BY JAMES BALDWIN
Boris Johnson leaving Downing Street for PMQ's on February 2nd 2022.
Boris Johnson appeared to have gotten through Prime Minister’s Questions relatively unharmed. Despite a fiery performance from Sir Keir Starmer, the Prime Minister had managed to hold the support of his backbenchers – until its conclusion, however. David Davis, a Tory grandee and previous ally of Mr. Johnson, took centre stage and told the Prime Minister: ‘You have sat there too long for all the good you have done. In the name of God, go’.
The attack was scathing. It had been quoted from 1940 when Sir Leopold Amery stood on those same green benches and called for the resignation of Neville Chamberlain. Three days later, Chamberlain was gone, and Winston Churchill had taken his place.
A lot more than three days have passed since Davis made the attack, and Johnson still presides over Number 10. This is despite an ensuing scandal over numerous parties which were held in the Downing Street vicinity during lockdown, some of which were attended by the Prime Minister. At first, the Cabinet Secretary, Simon Case, was told to investigate these allegations. In the true incompetent fashion which has beset this administration, it turned out that he himself had attended a party. The matter was then passed on to Sue Gray, a top Civil Servant, and a name now synonymous in British politics.
Indeed, the allegations became so strong that twelve parties were eventually taken under investigation by the Metropolitan Police. A week before the Sue Gray report was set to release, this severely constrained what she could say. Yet the message contained in the update was still tough in its wording and damning of a Prime Minister who has lost any sense of a responsibility to lead.
Two main points emerged from its contents. First, that there were ‘failures of leadership and judgement’ by Number 10 and the Cabinet Office. Not only does this state Johnson’s own inability to take control of his premiership, but also draws attention to the flaws in the structure and system surrounding the Head of Government. In her final point, she criticised the fragmentation within Number 10 – prompting the Prime Minister to announce the establishment of a Prime Ministers’ Department. Second, Gray criticised ‘serious’ failings to observe both the high standards expected of the Government and of the British people at the time. In critiquing the administrations’ competence, the wording also gives off the impression that there is indeed one rule for them and another rule for us.
Despite the welcome announcement of a Prime Ministers’ Department, Johnson’s response to the rest was lacking – repeatedly asking the House of Commons to wait for the police’s conclusion. He also promised to ‘look in the mirror’ and improve in the future. True to his mere nature, however, he repeated a far-right trope just five minutes later – falsely claiming that Sir Keir had failed to prosecute Jimmy Savile, a prolific paedophile. You would rightly believe that this gives off the impression of a man who has no intention to change.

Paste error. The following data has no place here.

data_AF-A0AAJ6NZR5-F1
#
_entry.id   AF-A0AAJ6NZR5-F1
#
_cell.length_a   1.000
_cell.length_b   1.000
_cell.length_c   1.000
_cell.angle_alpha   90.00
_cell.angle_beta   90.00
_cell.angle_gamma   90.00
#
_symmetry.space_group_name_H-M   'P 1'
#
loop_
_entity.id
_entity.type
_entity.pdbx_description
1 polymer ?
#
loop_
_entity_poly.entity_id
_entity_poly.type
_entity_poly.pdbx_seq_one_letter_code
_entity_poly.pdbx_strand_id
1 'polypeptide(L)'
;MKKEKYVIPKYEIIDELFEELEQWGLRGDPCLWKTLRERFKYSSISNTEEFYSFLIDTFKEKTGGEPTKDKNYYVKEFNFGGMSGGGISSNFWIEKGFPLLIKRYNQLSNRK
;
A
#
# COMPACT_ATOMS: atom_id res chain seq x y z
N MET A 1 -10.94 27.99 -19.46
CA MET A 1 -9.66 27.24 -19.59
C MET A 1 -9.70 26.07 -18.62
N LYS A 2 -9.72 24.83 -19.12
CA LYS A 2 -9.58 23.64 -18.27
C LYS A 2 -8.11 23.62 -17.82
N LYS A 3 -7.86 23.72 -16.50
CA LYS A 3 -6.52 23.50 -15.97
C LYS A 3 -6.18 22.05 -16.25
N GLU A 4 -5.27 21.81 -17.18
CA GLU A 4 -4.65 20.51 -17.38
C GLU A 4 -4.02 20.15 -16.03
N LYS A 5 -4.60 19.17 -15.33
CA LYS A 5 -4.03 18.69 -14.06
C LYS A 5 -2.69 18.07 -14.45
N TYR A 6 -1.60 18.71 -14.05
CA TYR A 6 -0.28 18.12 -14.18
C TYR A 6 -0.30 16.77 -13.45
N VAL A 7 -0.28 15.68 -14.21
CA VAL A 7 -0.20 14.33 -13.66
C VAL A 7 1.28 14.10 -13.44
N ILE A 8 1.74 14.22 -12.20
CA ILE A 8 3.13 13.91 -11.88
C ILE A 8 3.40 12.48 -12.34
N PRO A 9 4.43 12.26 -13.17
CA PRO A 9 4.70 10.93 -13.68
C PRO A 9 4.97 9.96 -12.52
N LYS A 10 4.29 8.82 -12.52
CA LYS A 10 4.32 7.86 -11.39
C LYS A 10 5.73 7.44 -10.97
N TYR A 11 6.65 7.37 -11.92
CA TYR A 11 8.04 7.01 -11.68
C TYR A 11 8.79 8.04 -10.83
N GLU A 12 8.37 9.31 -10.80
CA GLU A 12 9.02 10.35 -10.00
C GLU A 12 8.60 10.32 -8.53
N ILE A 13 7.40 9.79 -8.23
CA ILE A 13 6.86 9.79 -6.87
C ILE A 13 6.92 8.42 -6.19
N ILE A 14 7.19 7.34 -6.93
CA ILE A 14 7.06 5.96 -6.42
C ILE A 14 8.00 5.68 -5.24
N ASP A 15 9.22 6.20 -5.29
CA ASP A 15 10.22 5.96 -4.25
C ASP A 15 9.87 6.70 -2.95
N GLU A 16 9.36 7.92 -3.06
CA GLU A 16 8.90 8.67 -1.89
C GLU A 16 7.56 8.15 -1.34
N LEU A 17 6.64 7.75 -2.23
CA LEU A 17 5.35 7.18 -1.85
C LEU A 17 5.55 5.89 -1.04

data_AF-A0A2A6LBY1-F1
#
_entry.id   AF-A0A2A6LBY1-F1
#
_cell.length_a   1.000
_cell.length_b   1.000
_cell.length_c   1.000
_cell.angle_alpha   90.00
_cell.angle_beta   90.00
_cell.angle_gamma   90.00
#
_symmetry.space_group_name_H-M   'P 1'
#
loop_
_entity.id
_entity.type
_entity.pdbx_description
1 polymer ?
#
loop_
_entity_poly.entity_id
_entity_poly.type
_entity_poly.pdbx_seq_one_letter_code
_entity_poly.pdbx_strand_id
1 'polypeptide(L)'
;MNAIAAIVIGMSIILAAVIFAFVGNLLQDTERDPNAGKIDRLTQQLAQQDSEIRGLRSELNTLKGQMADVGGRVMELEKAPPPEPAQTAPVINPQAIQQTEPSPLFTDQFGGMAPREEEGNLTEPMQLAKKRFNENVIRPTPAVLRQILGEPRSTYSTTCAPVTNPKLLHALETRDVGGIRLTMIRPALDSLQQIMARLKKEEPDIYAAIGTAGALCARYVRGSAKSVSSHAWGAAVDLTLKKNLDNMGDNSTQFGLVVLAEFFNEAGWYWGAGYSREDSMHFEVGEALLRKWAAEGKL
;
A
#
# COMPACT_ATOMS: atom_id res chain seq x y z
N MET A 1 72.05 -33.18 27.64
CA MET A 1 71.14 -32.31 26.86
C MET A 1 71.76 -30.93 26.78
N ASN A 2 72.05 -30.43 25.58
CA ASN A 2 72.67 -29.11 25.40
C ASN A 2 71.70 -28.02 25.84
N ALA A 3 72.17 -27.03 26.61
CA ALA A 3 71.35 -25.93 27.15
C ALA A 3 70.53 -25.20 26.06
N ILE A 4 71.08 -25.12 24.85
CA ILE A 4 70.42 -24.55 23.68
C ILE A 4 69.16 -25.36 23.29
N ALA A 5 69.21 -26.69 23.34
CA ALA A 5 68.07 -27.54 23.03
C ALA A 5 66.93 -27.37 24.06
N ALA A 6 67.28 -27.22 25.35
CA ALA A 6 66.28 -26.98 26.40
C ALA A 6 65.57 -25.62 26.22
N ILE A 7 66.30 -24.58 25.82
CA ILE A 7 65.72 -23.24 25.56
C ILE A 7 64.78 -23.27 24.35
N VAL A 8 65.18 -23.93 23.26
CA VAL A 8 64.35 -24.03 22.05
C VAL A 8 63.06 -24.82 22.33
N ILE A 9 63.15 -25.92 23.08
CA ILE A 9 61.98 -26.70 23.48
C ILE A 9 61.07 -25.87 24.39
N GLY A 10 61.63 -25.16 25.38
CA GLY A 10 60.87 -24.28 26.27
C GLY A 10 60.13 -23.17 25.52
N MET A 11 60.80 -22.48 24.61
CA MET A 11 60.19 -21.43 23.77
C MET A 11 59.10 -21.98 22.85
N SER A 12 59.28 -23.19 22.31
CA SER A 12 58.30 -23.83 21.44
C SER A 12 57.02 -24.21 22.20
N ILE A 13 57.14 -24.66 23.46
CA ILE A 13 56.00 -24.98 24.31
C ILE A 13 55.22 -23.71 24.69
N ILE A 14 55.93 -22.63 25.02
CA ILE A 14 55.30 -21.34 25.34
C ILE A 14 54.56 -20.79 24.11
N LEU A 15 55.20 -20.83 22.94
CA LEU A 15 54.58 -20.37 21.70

The claim provoked outcry from Tory MPs and some of his most trusted aides. Later in the week, there were numerous resignations from Number 10. Some cited other reasons, but Munira Mirza, his policy chief since his days as Mayor of London, did not. This signals the distaste emerging from even the Prime Minister’s closest allies.
Yet the subsequent appointments in the aftermath of those resignations appear to have settled the Tory ship. The appointees, like Steve Barclay as Chief of Staff, appeal to the Brexiteer-driven party. And, despite the slow trickle of letters of no-confidence being sent to the 1922 Committee, it seems that Johnson will avoid a no-confidence vote for the moment.
The Prime Minister is hanging on by a thread, nonetheless. The slight steadying of late may only be delaying the inevitable. But then the question turns to one of how he goes. He will not resign himself – his individual pride and ego overpower any situation where that would be required. After all, he has spent the best part of twenty years with a clear sight at the top office. But does he have any interest in doing what is right for the country? The Sue Gray report, and constant pandering to his own party, suggests not. His own words on the Tory party paint it as a ‘vast organism animated […] above all by the pursuit and retention of power’. Power is the priority.
This is why the local elections in May are critical in assessing where his premiership heads. A crushing defeat for the Conservatives may be the tipping point for his MPs. If they feel that Johnson has become an electoral liability rather than the asset he has shown himself to be thus far, they will not risk keeping him in his place. Polls currently suggest that many of the new Red Wall seats that the Tories won for the first time in 2019 could return to Labour.
It will eventually come down to the Tory Party itself if they want to get rid of Johnson. They must recognise that ridding Downing Street of him would be a wise move for the nation. With a cost-of-living crisis submerging all, Johnson is instead distracted by a police investigation into parties at his own house. That cannot be acceptable for a leader of this country.
Image Source: Flickr (Number 10)